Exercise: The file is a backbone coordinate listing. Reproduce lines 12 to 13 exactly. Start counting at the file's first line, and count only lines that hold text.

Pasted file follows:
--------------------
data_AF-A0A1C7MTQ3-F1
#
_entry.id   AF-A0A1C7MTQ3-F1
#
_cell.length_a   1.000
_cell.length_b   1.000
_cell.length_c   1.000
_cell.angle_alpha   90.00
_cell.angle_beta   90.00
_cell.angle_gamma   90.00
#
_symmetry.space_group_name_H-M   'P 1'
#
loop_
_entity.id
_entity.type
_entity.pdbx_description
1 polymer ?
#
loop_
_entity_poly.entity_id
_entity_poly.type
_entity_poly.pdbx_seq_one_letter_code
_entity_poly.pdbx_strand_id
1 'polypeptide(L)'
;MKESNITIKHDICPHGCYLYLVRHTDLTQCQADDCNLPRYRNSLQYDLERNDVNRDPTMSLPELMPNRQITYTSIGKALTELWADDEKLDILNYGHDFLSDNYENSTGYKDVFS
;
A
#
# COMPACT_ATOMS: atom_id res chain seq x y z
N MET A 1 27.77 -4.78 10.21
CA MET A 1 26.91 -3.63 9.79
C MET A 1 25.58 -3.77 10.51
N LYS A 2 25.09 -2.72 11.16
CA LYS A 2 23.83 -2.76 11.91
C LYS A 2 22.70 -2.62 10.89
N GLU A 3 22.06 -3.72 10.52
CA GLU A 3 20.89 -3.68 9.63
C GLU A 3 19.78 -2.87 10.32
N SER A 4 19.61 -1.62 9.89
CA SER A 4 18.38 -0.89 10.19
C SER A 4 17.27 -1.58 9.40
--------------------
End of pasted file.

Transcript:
_symmetry.space_group_name_H-M   'P 1'
#